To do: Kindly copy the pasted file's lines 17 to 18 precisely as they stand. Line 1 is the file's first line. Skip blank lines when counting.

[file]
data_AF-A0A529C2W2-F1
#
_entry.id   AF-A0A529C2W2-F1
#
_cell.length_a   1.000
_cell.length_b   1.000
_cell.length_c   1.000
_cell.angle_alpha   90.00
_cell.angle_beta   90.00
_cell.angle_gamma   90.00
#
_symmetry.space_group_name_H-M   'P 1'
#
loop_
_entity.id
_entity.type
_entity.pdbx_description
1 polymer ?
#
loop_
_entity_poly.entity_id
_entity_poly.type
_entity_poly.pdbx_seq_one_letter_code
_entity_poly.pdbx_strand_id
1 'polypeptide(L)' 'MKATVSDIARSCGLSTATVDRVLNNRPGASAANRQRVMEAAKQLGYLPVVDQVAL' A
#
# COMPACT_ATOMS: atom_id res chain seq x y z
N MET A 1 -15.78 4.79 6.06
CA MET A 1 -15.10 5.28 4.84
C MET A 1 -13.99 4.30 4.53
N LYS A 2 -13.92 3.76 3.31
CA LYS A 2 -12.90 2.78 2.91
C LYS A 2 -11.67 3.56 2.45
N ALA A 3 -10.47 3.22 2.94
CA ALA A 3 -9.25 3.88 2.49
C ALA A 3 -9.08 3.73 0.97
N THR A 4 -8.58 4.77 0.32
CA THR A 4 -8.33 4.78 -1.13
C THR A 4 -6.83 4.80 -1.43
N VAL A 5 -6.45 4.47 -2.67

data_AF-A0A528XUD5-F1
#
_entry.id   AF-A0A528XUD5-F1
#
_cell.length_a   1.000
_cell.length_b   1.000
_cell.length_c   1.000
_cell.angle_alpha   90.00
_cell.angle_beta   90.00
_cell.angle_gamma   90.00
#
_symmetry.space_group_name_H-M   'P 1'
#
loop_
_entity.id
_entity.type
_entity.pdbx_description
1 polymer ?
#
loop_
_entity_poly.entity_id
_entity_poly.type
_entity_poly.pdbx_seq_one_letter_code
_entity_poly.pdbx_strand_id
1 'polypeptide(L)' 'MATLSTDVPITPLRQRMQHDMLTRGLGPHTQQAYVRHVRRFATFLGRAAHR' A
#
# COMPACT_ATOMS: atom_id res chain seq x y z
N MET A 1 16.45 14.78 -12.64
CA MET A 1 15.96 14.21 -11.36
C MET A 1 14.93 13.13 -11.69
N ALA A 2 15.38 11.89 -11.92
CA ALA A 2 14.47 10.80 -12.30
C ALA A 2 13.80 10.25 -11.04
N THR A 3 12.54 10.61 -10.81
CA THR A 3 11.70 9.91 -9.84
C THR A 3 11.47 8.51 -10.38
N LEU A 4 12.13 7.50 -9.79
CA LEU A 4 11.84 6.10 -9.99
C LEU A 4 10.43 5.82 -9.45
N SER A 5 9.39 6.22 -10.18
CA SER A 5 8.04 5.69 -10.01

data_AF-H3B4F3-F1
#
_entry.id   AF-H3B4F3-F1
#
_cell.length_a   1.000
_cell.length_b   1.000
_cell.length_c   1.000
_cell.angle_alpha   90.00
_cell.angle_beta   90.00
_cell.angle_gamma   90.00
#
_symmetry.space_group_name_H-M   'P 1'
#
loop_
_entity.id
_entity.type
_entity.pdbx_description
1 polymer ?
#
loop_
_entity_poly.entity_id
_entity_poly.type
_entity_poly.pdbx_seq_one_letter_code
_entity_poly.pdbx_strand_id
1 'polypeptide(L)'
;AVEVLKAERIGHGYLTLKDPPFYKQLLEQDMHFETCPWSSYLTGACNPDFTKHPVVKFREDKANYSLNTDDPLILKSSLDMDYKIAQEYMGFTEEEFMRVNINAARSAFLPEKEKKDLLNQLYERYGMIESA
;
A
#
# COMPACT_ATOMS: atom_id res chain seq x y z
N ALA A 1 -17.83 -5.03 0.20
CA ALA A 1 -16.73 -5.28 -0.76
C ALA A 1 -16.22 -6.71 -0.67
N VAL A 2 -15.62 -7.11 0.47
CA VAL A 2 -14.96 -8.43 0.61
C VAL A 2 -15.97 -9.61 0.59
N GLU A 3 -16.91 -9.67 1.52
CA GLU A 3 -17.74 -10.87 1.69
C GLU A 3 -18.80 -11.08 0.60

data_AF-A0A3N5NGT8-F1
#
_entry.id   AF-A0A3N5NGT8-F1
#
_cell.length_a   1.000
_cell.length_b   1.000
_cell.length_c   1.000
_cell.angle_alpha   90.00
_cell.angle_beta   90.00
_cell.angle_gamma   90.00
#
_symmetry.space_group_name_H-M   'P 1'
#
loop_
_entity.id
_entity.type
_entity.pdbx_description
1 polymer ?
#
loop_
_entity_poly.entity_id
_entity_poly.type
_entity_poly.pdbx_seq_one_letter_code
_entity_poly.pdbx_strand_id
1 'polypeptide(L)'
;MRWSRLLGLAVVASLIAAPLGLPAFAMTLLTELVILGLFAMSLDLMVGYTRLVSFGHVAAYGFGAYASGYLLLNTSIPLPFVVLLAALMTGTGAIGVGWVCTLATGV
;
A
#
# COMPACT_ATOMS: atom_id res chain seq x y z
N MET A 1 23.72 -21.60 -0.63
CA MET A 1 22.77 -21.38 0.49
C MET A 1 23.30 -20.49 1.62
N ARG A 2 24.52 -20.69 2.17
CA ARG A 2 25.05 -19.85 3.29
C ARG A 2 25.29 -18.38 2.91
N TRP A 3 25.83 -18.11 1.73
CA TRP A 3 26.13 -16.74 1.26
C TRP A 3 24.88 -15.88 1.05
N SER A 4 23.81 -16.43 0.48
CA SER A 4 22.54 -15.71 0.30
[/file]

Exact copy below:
_entity.pdbx_description
1 polymer ?